A defining case
Comment on agent-principal was compelling, reports Lana Yahya. T-796/17, Mouldpro v EUIPO – Wenz Kunststoff (MOULDPRO), General Court, 14th February 2019.
T-796/17, Mouldpro v EUIPO – Wenz Kunststoff (MOULDPRO), General Court, 14th February 2019
- In order to fall under the scope of Article 8(3) there must be commercial cooperation between the parties that gives rise to a fiduciary relationship
Wenz Kunststoff (the Intervener) is the owner of the earlier European Union trade mark (EUTM) for MOULDPRO. The word mark is registered in respect of hoses in class 17. Mouldpro Aps (the Applicant) applied to register the word mark MOULDPRO in class 17, among other classes. The Applicant filed an application for invalidity under Article 53(1)(b) read in conjunction with Article 8(3), Article 53(1)(c) read in conjunction with Article 8(4) and Article 52 (1)(b) of Regulation (EC) No 207/2009 (now Regulation (EU) 2017/1001). The Cancellation Division rejected the declaration of invalidity in its entirety and the General Court (GC) reaffirmed the findings of the Board of Appeal (BoA). This case provides interesting commentary on the parameters of the “agent-principal”.
The Applicant disputed the assessment made by the BoA on dismissing the appeal on the ground of Article 8(3). It brought two main lines of argument: that the BoA did not take into account the continuous relationship between two companies; and that the terms “agent” and “representative” must be interpreted broadly.
The GC supported the BoA’s assessment that the commercial relationship did not give rise to an “agent-principal” relationship. From 2001 to 2006, the Intervener acted as distributor for the Applicant in the German market, selling articles for the moulding industry. The directors of both companies had an ongoing relationship and discussed the possibility of a distribution agreement. According to the Applicant, it is only because of this relationship and continuous exchange of information (information which would not normally be exchanged to third parties) that the Intervener obtained information of the MOULDPRO trade mark and applied for registration of the mark with the objective of keeping the Applicant out of the German market. The GC denied that any relevance attached to the cooperation between the two parties related to this argument because the contractual relationship ended in 2006.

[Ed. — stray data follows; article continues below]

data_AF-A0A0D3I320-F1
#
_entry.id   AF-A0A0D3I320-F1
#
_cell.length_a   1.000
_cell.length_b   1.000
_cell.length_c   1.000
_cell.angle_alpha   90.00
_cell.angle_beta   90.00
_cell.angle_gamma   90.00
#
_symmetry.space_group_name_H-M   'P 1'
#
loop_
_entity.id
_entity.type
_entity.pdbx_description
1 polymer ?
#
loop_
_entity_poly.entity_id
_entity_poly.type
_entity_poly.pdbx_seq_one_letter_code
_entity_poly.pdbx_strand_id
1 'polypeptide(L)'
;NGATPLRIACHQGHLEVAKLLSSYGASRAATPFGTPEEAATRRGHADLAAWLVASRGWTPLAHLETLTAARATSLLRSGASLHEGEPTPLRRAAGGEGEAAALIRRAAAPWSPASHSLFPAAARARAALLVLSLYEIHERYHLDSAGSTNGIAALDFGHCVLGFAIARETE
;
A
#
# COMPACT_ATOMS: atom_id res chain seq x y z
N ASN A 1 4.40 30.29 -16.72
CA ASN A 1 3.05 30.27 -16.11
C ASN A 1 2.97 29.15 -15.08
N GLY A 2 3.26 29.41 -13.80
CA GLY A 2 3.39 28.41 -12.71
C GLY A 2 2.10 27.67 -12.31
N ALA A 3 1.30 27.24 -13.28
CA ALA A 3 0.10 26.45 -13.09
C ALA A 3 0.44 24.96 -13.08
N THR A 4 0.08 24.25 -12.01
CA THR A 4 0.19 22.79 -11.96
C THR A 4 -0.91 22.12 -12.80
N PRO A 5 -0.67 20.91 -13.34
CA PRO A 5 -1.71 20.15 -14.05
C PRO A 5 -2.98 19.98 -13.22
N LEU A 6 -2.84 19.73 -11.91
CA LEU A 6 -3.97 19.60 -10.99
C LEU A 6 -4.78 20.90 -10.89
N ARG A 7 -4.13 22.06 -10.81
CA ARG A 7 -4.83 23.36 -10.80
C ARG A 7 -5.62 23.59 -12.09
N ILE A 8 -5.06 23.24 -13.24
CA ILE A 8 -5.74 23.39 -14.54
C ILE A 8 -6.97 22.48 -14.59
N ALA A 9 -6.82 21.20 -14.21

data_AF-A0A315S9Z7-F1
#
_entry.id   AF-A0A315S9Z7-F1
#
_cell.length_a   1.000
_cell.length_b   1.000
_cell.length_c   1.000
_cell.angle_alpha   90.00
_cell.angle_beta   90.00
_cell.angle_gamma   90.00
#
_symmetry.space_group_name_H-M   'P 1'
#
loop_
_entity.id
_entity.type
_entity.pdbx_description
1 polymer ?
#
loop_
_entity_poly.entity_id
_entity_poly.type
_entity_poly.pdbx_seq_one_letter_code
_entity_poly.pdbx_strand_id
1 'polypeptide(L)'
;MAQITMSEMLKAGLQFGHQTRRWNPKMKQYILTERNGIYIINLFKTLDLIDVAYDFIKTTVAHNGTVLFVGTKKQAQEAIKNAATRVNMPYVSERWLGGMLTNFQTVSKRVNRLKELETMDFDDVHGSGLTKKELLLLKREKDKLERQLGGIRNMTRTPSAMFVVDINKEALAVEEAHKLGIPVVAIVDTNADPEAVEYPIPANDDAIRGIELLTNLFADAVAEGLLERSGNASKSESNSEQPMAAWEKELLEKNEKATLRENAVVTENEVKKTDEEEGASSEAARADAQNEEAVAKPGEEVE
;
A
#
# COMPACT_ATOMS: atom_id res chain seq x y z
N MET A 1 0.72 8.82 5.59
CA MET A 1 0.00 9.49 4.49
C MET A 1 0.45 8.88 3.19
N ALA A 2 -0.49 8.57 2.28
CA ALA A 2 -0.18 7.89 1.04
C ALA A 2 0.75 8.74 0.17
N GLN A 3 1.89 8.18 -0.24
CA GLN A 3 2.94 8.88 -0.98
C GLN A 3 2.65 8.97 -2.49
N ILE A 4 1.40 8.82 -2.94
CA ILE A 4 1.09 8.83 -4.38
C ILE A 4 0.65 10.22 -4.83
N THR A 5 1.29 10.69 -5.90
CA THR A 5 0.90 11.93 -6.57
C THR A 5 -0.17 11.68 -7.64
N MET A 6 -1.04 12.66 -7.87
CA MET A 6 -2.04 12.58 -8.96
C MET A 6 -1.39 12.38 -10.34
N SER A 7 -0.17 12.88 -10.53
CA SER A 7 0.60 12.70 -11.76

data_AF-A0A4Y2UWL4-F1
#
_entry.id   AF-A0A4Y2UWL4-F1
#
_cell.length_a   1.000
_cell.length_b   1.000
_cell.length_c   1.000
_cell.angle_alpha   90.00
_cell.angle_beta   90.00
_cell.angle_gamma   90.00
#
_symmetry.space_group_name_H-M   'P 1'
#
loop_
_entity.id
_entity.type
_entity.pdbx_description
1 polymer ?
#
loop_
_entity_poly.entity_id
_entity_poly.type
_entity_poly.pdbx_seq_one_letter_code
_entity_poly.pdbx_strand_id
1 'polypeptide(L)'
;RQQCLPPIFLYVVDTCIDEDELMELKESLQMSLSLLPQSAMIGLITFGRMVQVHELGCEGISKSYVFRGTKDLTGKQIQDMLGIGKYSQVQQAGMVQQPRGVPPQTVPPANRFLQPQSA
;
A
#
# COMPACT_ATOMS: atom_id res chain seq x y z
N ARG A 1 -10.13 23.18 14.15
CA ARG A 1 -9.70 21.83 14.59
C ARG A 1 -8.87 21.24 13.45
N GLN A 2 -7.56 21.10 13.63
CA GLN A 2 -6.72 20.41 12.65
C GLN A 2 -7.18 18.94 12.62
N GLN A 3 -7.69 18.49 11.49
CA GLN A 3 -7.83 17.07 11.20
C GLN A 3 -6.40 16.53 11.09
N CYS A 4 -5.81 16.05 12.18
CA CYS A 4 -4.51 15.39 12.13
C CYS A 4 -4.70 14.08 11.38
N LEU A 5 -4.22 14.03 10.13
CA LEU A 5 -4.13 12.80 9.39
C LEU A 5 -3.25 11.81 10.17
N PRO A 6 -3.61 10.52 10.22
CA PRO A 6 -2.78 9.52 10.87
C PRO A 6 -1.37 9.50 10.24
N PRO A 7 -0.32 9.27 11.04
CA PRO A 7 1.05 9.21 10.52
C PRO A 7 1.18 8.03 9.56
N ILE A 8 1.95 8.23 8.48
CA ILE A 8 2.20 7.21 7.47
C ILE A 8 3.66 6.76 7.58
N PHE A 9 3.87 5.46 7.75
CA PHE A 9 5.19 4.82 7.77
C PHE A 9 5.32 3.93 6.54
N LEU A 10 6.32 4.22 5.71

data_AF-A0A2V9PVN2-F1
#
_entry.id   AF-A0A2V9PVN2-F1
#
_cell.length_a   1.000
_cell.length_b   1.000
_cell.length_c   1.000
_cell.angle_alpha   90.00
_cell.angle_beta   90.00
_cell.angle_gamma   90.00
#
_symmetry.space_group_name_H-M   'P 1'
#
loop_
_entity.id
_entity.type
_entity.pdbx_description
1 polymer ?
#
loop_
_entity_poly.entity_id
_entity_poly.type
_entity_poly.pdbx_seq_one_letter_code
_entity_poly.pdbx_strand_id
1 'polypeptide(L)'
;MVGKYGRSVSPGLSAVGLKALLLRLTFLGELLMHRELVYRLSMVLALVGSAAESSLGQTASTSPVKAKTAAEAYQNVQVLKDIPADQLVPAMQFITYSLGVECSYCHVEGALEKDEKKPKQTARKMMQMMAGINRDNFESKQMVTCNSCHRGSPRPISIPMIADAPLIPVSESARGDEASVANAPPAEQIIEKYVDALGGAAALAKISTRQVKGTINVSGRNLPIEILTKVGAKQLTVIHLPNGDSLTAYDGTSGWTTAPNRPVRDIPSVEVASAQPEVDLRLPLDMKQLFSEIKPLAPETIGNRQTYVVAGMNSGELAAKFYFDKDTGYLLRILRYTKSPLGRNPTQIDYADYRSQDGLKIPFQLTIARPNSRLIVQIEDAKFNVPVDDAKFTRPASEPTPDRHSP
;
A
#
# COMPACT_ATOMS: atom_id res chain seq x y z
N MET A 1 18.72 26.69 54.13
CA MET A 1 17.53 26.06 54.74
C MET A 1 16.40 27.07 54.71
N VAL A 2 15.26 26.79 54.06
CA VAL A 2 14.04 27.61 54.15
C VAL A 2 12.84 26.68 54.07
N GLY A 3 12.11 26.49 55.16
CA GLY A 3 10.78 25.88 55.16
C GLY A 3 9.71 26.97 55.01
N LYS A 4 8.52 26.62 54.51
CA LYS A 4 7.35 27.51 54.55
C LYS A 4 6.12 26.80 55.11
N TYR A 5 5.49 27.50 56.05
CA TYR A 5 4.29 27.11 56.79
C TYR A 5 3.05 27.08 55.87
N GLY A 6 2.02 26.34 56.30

The GC agreed with the BoA that on the facts of the relationship between the two parties there was no fiduciary relationship between them and that the Applicant erred in its submission that the BoA infringed Article 8(3).
The GC also supported the BoA’s assessment on the definition of “agent” or “representative”. The GC stated that the terms should be interpreted broadly, in order to cover all kinds of relationships based on any business agreement governed by oral or written contract and where one party is representing the interest of another. Further, that there must be commercial cooperation between the parties that gives rise to a fiduciary relationship by imposing on the trade mark applicant (implicitly or explicitly) a general duty of trust and loyalty. If the applicant acts independently, without having entered this kind of relationship, it cannot be treated as an agent. Thus, a mere purchaser or client of the proprietor cannot be treated as an agent.
Lana Yahya is a Trainee Trade Mark Attorney at Stobbs